Rising Demand of Fertility Services in the GCC

Fertility rates have been declining over the years from an average of 2.3 births in 2010 to 2.0 births per woman in 2019[1] across the GCC. This falling rate has led to a notable increase in demand for fertility services in the healthcare sector, which aim to support treatment to cure infertility. These services include techniques such as in vitro fertilisation (IVF), artificial insemination, and surrogacy. Among GCC countries, Oman and KSA have the highest fertility rates.

Many medical centres and hospitals in the region lack fertility services with very few players providing advanced fertility related services. Fertility services are being offered in a few specialised hospitals as well as in stand-alone centres in the gulf. While the type of infrastructure requirement and service offerings are similar in both hospital and standalone centre models, target positioning varies. Patients look for brand reputation and “star” doctors in stand-alone facilities. Also, these have been able to attract medical tourists. Standalone fertility centres are also able to capture significant referrals from hospitals as well as small clinics which have OBGYN departments.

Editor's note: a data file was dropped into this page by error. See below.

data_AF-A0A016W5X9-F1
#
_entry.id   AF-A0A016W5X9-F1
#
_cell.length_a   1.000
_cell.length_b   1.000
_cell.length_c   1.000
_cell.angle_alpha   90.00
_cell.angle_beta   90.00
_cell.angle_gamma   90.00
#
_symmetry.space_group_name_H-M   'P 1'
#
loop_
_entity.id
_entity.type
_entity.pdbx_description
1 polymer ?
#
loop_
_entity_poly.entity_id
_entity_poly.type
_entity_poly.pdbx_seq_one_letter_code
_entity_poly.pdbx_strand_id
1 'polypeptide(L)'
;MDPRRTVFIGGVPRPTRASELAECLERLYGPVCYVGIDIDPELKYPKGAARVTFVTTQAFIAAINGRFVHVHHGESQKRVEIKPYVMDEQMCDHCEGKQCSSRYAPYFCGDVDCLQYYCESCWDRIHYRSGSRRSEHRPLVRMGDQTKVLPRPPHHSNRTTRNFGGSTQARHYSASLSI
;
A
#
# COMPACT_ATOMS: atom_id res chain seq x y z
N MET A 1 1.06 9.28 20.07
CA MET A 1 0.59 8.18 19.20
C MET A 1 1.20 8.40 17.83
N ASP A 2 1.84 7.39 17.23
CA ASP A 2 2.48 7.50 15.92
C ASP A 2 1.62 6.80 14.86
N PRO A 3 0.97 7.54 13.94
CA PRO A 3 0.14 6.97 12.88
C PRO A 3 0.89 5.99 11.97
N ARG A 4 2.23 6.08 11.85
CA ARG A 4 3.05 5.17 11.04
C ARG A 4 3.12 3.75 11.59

In 2020, Gulf Capital acquired IVI-RMA Middle East for USD 100 Million, aiming to create a global IVF fertility platform by expanding its operations while launching new clinics across the GCC. Below are some of the key facilities in UAE and KSA:

The demand of fertility services including assisted reproductive technology (ART) is going to increase in future due to the following:

  • Demographic Factors: GCC’s population is relatively young (15 to 44 age group). This age group is the potential base for reproductive and fertility related services.
  • Medical Factors: Increasing prevalence of diabetes, obesity, hypertension etc., leading to hormonal disturbances, PCOD etc.
  • Socioeconomic Factors: Women empowerment and increasing female literacy rates have led to late marriages and increased use of contraceptive methods leading to late births. In addition, consanguinity which is high in the GCC region is associated with infertility.
  • Unhealthy Lifestyle Factors: Sedentary lifestyles, consumption of fatty foods and high caffeine consumption.

The current market is moving from a basic level of care to a medium level of care with scope for more differentiated offerings targeted towards holistic women- and child-care. However, there are still significant gaps, when compared to other developed countries.

However, these gaps are being addressed gradually, buoyed by several factors, like:

  • Maturity of OBGYN services and availability of fertility clinics
  • Availability of medical and research evidence of high success rates of infertility treatment
  • Improved accessibility of technological advancements to fertility services
  • Increased awareness regarding available treatment modalities

Hence, this is a great opportunity for private players in the region to invest in a full-fledged fertility centre.

[1] World Bank and JLL Healthcare Analysis
29 August, 2021 | .By Mashreq in Knowledge Partnership with JLL